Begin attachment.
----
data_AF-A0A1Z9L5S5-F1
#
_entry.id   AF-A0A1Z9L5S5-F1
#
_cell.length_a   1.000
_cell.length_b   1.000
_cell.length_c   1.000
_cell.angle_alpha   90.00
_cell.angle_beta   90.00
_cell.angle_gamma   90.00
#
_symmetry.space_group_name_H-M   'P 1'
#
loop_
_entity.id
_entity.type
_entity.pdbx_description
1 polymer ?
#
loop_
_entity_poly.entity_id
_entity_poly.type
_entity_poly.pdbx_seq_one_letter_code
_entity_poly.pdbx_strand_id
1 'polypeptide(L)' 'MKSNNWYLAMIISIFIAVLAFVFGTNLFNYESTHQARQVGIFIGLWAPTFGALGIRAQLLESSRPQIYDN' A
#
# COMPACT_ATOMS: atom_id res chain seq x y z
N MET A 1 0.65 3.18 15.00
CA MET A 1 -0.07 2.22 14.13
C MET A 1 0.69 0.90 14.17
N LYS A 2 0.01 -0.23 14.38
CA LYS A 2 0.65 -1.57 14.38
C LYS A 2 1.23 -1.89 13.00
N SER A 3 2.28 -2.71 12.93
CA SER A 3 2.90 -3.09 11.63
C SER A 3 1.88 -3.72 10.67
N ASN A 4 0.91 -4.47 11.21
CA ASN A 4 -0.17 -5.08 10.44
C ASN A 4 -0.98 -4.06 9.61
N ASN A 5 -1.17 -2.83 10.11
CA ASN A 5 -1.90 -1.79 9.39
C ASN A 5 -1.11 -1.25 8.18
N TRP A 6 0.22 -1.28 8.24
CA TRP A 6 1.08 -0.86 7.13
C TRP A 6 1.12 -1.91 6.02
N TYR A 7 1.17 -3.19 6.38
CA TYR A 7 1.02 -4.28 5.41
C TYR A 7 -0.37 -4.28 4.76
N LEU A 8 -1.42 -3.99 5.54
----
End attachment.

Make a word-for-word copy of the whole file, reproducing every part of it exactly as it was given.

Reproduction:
data_AF-A0A1Z9L5S5-F1
#
_entry.id   AF-A0A1Z9L5S5-F1
#
_cell.length_a   1.000
_cell.length_b   1.000
_cell.length_c   1.000
_cell.angle_alpha   90.00
_cell.angle_beta   90.00
_cell.angle_gamma   90.00
#
_symmetry.space_group_name_H-M   'P 1'
#
loop_
_entity.id
_entity.type
_entity.pdbx_description
1 polymer ?
#
loop_
_entity_poly.entity_id
_entity_poly.type
_entity_poly.pdbx_seq_one_letter_code
_entity_poly.pdbx_strand_id
1 'polypeptide(L)' 'MKSNNWYLAMIISIFIAVLAFVFGTNLFNYESTHQARQVGIFIGLWAPTFGALGIRAQLLESSRPQIYDN' A
#
# COMPACT_ATOMS: atom_id res chain seq x y z
N MET A 1 0.65 3.18 15.00
CA MET A 1 -0.07 2.22 14.13
C MET A 1 0.69 0.90 14.17
N LYS A 2 0.01 -0.23 14.38
CA LYS A 2 0.65 -1.57 14.38
C LYS A 2 1.23 -1.89 13.00
N SER A 3 2.28 -2.71 12.93
CA SER A 3 2.90 -3.09 11.63
C SER A 3 1.88 -3.72 10.67
N ASN A 4 0.91 -4.47 11.21
CA ASN A 4 -0.17 -5.08 10.44
C ASN A 4 -0.98 -4.06 9.61
N ASN A 5 -1.17 -2.83 10.11
CA ASN A 5 -1.90 -1.79 9.39
C ASN A 5 -1.11 -1.25 8.18
N TRP A 6 0.22 -1.28 8.24
CA TRP A 6 1.08 -0.86 7.13
C TRP A 6 1.12 -1.91 6.02
N TYR A 7 1.17 -3.19 6.38
CA TYR A 7 1.02 -4.28 5.41
C TYR A 7 -0.37 -4.28 4.76
N LEU A 8 -1.42 -3.99 5.54